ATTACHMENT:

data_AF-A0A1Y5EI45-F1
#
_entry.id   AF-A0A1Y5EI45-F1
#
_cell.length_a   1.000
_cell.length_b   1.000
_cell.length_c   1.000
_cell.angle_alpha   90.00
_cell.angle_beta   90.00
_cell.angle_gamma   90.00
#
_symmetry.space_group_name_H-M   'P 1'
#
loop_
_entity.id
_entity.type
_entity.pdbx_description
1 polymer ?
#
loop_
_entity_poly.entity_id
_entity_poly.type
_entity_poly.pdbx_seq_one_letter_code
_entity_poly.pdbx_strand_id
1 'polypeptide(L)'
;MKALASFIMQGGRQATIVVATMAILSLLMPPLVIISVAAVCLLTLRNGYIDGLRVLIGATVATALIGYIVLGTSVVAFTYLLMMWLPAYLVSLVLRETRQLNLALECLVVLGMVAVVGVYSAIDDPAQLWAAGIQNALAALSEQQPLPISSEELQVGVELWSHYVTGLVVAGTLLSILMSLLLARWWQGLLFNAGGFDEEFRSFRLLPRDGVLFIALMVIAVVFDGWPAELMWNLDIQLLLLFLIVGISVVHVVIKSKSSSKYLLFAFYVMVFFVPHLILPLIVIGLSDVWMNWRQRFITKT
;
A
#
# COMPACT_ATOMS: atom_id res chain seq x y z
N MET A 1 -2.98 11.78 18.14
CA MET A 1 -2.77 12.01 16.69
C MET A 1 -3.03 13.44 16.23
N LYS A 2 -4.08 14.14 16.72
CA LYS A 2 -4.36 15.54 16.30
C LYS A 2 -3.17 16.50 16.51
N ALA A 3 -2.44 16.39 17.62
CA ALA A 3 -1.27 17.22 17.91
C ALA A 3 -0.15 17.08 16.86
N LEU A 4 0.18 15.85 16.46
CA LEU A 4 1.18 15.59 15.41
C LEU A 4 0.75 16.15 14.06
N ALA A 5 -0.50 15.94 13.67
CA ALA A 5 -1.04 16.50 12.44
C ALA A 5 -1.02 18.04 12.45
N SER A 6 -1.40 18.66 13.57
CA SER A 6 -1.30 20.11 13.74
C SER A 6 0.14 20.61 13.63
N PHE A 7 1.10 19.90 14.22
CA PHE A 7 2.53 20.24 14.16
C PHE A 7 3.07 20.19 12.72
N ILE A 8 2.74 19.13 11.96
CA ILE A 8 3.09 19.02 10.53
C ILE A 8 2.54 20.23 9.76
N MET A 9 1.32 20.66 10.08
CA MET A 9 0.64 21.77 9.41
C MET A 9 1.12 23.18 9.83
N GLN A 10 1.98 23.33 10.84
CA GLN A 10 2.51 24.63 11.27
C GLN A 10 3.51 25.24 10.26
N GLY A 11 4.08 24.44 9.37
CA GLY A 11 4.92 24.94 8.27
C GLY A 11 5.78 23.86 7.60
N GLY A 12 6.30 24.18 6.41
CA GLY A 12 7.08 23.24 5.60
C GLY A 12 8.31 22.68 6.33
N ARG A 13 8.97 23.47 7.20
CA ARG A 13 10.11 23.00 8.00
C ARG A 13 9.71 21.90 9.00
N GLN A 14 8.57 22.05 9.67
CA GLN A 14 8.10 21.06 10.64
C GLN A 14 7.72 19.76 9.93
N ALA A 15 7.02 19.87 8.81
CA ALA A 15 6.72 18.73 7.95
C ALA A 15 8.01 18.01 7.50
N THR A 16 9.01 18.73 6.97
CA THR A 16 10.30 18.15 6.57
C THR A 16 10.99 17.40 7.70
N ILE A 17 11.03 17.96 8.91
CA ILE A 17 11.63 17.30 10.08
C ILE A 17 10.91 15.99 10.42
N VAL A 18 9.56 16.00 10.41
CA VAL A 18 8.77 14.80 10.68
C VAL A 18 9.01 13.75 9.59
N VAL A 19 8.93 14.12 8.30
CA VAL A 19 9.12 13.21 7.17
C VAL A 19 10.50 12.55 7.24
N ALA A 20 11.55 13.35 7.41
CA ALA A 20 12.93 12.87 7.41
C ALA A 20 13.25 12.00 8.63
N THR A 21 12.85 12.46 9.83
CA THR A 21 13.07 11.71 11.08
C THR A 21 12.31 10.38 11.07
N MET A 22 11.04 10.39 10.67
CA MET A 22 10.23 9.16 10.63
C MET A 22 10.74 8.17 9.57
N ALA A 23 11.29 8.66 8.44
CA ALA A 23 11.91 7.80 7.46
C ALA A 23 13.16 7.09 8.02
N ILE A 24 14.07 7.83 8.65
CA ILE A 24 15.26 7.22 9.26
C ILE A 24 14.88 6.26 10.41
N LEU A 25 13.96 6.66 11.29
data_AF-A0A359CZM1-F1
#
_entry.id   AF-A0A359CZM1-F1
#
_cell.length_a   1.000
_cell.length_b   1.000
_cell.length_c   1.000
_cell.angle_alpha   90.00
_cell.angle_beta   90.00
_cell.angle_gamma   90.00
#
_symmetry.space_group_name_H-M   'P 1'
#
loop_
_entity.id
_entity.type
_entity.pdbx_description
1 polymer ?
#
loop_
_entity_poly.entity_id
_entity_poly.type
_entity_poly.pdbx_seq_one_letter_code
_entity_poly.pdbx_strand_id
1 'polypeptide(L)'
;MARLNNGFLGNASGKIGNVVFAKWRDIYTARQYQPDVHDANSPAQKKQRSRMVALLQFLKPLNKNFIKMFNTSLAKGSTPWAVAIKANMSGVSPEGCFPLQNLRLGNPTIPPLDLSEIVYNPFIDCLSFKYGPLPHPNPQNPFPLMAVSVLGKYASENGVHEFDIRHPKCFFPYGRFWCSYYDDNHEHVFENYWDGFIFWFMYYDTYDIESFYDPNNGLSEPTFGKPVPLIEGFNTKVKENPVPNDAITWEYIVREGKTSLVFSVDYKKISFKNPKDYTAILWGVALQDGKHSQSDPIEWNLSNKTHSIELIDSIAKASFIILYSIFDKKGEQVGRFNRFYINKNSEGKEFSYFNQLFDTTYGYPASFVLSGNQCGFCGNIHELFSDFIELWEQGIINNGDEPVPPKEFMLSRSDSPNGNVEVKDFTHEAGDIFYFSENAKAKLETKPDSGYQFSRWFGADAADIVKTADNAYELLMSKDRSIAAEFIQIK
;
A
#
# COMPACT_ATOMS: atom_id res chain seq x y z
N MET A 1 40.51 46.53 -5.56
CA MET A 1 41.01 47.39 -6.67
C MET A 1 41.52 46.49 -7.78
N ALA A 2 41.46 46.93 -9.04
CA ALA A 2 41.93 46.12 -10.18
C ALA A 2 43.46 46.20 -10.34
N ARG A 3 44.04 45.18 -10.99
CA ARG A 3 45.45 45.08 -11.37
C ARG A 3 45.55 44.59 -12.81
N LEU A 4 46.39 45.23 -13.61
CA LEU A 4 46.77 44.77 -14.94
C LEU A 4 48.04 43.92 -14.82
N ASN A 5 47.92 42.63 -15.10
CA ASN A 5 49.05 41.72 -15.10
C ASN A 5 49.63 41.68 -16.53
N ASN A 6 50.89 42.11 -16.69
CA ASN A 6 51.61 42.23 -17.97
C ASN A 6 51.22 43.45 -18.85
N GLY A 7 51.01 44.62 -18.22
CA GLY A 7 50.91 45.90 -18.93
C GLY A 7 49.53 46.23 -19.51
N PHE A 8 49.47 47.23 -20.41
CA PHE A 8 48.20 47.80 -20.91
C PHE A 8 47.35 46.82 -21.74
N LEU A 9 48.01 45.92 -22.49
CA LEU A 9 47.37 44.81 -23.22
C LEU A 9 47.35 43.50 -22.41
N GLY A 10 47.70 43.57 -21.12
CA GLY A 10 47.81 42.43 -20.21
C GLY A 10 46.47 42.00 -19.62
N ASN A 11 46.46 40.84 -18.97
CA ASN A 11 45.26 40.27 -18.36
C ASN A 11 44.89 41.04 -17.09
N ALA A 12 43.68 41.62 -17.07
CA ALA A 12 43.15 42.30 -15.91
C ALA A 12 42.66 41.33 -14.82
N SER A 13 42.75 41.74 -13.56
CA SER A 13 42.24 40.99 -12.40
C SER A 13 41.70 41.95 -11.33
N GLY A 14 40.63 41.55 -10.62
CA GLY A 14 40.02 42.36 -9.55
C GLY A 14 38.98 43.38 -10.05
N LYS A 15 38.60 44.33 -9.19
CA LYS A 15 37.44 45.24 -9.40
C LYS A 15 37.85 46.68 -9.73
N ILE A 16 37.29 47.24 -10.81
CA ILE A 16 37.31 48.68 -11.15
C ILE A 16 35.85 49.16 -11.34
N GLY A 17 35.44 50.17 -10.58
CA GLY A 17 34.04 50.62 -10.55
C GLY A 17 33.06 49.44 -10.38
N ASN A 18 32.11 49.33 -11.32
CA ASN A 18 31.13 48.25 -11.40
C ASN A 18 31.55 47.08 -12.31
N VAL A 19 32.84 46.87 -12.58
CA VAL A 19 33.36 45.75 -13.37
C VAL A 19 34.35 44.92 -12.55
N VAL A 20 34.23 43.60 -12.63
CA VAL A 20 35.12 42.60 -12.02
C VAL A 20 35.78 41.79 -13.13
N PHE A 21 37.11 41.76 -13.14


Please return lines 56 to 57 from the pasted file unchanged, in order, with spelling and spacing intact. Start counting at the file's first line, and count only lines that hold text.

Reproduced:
CA MET A 9 0.64 21.77 9.41
C MET A 9 1.12 23.18 9.83